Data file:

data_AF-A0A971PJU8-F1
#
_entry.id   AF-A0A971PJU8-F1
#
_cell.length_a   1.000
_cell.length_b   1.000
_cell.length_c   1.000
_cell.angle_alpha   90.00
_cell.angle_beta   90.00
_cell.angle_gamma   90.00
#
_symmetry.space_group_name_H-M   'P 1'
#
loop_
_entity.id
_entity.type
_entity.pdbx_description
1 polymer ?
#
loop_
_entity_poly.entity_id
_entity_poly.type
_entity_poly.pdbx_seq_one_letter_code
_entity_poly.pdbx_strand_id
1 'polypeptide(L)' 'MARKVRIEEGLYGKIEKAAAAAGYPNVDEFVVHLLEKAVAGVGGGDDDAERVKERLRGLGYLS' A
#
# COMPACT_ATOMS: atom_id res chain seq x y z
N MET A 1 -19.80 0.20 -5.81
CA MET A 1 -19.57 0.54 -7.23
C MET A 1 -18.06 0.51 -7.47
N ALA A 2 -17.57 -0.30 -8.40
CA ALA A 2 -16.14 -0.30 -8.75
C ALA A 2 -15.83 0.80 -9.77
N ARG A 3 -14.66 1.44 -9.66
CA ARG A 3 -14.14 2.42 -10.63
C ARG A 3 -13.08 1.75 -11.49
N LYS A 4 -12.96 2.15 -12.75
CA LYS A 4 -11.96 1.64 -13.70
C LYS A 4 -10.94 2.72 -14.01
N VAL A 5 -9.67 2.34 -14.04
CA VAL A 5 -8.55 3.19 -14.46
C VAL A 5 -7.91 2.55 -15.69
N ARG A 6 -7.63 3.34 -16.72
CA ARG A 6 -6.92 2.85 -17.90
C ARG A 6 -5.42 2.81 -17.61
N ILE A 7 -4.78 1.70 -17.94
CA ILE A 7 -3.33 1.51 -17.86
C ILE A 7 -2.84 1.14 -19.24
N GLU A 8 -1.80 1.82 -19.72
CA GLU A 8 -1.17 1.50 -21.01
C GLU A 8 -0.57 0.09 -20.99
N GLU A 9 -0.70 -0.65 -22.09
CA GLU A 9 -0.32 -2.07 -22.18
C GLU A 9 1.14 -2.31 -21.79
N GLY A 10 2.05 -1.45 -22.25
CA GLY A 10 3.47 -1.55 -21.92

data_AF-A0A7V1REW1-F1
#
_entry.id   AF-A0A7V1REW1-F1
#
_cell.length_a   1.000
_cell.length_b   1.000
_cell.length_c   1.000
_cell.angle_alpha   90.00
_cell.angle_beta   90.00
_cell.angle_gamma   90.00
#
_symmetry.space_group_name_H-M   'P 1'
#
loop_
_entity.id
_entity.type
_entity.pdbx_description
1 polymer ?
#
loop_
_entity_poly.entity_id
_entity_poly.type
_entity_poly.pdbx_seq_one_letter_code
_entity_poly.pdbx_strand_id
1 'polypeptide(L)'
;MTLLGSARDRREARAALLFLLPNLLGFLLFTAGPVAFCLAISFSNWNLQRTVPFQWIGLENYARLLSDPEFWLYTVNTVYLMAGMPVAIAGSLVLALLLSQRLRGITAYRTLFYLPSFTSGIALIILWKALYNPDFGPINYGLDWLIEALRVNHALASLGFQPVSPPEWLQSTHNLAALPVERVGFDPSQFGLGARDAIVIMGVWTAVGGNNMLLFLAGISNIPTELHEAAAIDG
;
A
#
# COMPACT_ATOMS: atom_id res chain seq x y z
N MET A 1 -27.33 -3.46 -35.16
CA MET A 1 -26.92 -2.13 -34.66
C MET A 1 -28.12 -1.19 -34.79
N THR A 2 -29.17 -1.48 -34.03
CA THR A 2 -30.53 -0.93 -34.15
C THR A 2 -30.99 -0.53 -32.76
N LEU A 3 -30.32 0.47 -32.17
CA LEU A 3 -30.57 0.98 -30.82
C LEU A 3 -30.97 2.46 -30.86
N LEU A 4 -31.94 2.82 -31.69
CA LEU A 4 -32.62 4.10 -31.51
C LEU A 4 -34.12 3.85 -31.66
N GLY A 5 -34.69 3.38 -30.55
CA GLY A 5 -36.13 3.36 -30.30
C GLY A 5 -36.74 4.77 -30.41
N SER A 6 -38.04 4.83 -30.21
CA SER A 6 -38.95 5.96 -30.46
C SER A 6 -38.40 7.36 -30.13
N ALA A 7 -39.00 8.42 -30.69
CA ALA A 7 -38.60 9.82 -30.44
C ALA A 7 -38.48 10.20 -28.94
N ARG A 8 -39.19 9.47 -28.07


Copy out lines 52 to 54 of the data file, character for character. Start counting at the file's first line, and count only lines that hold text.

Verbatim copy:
N GLU A 9 -0.70 -0.65 -22.09
CA GLU A 9 -0.32 -2.07 -22.18
C GLU A 9 1.14 -2.31 -21.79